The Brentwood brass band marched us to the start line, which was a nice touch, and then we were off.

The usual slow start ensued as the bottleneck of runners tried to get out of the narrow start line and on their way. OK I’m gonna get my rant in early here. As I said above we were pretty near the start of the group for the beginning of the race. and we had a fair chance of beating 1hr 45 if our training was to be believed. So how then did we spend the first mile, maybe even two passing LOADS of people?  When I say passing, I mean zig zagging in and out of them. They must have known the pace they run at? They must surely have then known that starting right behind the elite runners was wrong? It happens at so many races and it never fails to annoy me. *large exhale*

So, the Brentwood half marathon is not on completely closed roads, which was something new for me, and it was strange to be running with hundreds of others, as cars passed on the opposite side of the road. To be fair though, they had a huge amount of stewards along the way keeping an eye on this from a safety perspective.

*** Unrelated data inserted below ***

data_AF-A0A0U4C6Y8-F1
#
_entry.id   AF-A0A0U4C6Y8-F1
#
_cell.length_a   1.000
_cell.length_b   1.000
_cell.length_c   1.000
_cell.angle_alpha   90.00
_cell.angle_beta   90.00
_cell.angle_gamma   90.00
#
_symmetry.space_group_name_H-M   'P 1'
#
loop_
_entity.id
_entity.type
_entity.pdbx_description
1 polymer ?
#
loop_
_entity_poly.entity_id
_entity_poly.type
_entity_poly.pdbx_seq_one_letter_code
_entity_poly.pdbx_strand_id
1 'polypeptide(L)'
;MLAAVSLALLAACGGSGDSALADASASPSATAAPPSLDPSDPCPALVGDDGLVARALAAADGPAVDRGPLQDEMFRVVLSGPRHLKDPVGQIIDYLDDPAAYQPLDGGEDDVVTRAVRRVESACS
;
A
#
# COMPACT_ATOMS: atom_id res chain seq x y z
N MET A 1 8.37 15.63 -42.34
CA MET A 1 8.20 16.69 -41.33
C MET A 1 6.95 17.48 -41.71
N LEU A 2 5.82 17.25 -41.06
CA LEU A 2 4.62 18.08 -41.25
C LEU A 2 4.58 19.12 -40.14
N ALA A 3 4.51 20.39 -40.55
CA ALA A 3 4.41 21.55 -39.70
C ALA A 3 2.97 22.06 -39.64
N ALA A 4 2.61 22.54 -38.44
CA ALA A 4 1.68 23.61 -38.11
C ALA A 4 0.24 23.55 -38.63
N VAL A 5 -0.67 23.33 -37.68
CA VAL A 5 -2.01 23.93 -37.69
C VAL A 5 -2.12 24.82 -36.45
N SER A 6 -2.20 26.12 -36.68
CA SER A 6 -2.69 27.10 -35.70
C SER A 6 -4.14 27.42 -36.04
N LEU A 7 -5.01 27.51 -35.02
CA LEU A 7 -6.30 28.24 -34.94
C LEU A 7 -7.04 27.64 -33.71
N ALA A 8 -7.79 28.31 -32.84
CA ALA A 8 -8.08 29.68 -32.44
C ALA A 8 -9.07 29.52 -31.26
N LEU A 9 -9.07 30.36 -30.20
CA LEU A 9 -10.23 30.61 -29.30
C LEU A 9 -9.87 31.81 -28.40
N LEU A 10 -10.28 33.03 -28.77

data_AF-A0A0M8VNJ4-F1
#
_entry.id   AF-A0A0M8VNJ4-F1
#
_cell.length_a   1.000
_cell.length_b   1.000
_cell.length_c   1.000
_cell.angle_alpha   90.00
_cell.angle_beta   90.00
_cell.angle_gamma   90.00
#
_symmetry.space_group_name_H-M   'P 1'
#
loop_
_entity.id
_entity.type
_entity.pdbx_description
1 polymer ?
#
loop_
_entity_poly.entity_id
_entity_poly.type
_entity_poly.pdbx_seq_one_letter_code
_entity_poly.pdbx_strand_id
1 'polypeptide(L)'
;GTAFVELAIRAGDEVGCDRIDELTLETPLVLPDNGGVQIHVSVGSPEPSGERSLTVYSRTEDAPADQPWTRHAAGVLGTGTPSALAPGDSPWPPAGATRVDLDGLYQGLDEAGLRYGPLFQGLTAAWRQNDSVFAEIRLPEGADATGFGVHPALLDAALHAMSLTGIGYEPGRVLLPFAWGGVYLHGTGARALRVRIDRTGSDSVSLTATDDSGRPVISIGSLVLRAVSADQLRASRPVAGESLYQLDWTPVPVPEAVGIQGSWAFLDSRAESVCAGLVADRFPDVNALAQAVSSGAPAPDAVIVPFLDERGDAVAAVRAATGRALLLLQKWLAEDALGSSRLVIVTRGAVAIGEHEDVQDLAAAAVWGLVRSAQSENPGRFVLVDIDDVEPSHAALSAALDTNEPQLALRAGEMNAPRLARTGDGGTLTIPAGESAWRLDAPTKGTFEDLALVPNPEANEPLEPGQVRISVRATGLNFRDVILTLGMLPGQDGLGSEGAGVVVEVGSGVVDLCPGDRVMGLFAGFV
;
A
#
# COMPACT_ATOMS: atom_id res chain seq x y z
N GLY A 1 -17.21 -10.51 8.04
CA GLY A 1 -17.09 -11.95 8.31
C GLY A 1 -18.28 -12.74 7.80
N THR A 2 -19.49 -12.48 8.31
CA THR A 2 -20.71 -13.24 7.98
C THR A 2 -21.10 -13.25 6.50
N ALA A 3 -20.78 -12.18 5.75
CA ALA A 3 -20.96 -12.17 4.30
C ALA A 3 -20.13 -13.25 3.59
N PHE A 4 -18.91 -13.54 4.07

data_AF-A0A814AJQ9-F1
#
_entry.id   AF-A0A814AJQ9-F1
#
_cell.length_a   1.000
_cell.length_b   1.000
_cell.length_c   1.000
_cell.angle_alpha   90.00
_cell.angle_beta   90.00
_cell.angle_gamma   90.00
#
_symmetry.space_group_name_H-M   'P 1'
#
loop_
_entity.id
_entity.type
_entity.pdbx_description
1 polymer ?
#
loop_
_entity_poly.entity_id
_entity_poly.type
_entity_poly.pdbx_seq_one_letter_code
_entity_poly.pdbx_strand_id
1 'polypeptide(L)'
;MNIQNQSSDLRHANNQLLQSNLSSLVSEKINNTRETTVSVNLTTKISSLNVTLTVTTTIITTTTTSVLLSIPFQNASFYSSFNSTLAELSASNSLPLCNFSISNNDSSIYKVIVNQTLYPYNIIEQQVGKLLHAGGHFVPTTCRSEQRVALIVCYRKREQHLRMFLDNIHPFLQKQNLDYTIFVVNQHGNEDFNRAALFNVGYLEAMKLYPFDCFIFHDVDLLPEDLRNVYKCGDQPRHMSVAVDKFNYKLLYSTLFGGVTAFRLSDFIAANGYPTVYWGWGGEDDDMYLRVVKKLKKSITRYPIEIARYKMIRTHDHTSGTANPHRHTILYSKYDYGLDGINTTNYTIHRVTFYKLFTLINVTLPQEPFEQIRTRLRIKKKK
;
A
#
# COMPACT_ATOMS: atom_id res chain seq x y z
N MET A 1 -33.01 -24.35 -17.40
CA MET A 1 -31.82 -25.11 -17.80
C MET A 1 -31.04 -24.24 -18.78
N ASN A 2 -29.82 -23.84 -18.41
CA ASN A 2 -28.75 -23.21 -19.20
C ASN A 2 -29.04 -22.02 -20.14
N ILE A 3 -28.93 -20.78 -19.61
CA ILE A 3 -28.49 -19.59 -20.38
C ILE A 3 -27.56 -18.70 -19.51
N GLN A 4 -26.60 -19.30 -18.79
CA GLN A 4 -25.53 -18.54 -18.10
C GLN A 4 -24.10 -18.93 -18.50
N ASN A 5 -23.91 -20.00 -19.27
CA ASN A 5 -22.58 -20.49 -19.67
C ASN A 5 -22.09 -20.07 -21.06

2k into the run. i.e. less than 10% of the distance gone, and already I felt the need to pee again. This is a common thing for me, and the first few times it happened it really annoyed me, I’d try ignore it, reasoning that it was all in my head since I’d been to the toilet about 10 mins before. But as with most things in life once you accept it and deal with it, it bothers you a lot less. I carried on for 1k, when funnily enough Neil also said he felt like ‘going’. Soon as we got off the main road onto one that was parallel to some fields I told Neil & Stewart to carry on and I’d catch up. What I thought was all in my head was soon all over a tree just off Chelmsford road. The good thing about where I stopped was it was a long straight road and I could see Neil & Stewart in the distance. The bad thing was it was uphill, so I had to really push on past my race pace to eventually catch back up with them, burning a bit of fuel early on, but with an empty bladder I still felt a lot better. If you look at my kilometre splits on Strava kilometre 3 is the fastest section of my whole race, apart from the finish line sprint!